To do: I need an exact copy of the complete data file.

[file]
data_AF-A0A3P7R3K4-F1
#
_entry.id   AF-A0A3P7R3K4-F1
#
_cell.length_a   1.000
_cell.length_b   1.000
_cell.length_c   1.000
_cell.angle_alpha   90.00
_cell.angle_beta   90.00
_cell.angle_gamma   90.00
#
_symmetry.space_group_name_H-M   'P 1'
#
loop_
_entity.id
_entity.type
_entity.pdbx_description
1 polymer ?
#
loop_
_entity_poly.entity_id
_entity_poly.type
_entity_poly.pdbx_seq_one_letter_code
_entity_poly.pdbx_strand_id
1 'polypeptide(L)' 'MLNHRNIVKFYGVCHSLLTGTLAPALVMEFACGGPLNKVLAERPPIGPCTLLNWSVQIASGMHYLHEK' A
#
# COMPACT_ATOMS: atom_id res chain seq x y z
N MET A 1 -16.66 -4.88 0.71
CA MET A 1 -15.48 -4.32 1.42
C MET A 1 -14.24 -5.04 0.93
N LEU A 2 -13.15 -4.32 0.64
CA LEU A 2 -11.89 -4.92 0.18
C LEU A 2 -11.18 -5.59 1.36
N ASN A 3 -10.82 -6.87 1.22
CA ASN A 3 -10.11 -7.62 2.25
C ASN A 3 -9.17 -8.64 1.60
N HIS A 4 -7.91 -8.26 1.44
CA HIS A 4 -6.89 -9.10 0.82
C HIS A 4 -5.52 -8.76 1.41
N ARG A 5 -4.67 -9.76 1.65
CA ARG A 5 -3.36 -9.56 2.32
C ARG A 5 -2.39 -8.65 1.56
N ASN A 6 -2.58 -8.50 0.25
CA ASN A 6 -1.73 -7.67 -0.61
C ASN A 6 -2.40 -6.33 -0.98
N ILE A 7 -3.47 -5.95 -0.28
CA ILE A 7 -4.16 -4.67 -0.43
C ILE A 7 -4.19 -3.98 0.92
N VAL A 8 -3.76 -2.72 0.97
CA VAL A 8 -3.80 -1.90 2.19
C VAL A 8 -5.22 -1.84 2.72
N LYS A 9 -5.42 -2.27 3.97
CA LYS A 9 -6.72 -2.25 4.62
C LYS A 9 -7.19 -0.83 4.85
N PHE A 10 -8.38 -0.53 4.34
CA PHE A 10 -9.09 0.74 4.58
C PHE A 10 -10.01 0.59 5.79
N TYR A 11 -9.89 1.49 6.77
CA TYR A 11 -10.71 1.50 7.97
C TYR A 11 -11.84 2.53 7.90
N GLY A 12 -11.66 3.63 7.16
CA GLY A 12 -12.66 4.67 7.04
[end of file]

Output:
data_AF-A0A3P7R3K4-F1
#
_entry.id   AF-A0A3P7R3K4-F1
#
_cell.length_a   1.000
_cell.length_b   1.000
_cell.length_c   1.000
_cell.angle_alpha   90.00
_cell.angle_beta   90.00
_cell.angle_gamma   90.00
#
_symmetry.space_group_name_H-M   'P 1'
#
loop_
_entity.id
_entity.type
_entity.pdbx_description
1 polymer ?
#
loop_
_entity_poly.entity_id
_entity_poly.type
_entity_poly.pdbx_seq_one_letter_code
_entity_poly.pdbx_strand_id
1 'polypeptide(L)' 'MLNHRNIVKFYGVCHSLLTGTLAPALVMEFACGGPLNKVLAERPPIGPCTLLNWSVQIASGMHYLHEK' A
#
# COMPACT_ATOMS: atom_id res chain seq x y z
N MET A 1 -16.66 -4.88 0.71
CA MET A 1 -15.48 -4.32 1.42
C MET A 1 -14.24 -5.04 0.93
N LEU A 2 -13.15 -4.32 0.64
CA LEU A 2 -11.89 -4.92 0.18
C LEU A 2 -11.18 -5.59 1.36
N ASN A 3 -10.82 -6.87 1.22
CA ASN A 3 -10.11 -7.62 2.25
C ASN A 3 -9.17 -8.64 1.60
N HIS A 4 -7.91 -8.26 1.44
CA HIS A 4 -6.89 -9.10 0.82
C HIS A 4 -5.52 -8.76 1.41
N ARG A 5 -4.67 -9.76 1.65
CA ARG A 5 -3.36 -9.56 2.32
C ARG A 5 -2.39 -8.65 1.56
N ASN A 6 -2.58 -8.50 0.25
CA ASN A 6 -1.73 -7.67 -0.61
C ASN A 6 -2.40 -6.33 -0.98
N ILE A 7 -3.47 -5.95 -0.28
CA ILE A 7 -4.16 -4.67 -0.43
C ILE A 7 -4.19 -3.98 0.92
N VAL A 8 -3.76 -2.72 0.97
CA VAL A 8 -3.80 -1.90 2.19
C VAL A 8 -5.22 -1.84 2.72
N LYS A 9 -5.42 -2.27 3.97
CA LYS A 9 -6.72 -2.25 4.62
C LYS A 9 -7.19 -0.83 4.85
N PHE A 10 -8.38 -0.53 4.34
CA PHE A 10 -9.09 0.74 4.58
C PHE A 10 -10.01 0.59 5.79
N TYR A 11 -9.89 1.49 6.77
CA TYR A 11 -10.71 1.50 7.97
C TYR A 11 -11.84 2.53 7.90
N GLY A 12 -11.66 3.63 7.16
CA GLY A 12 -12.66 4.67 7.04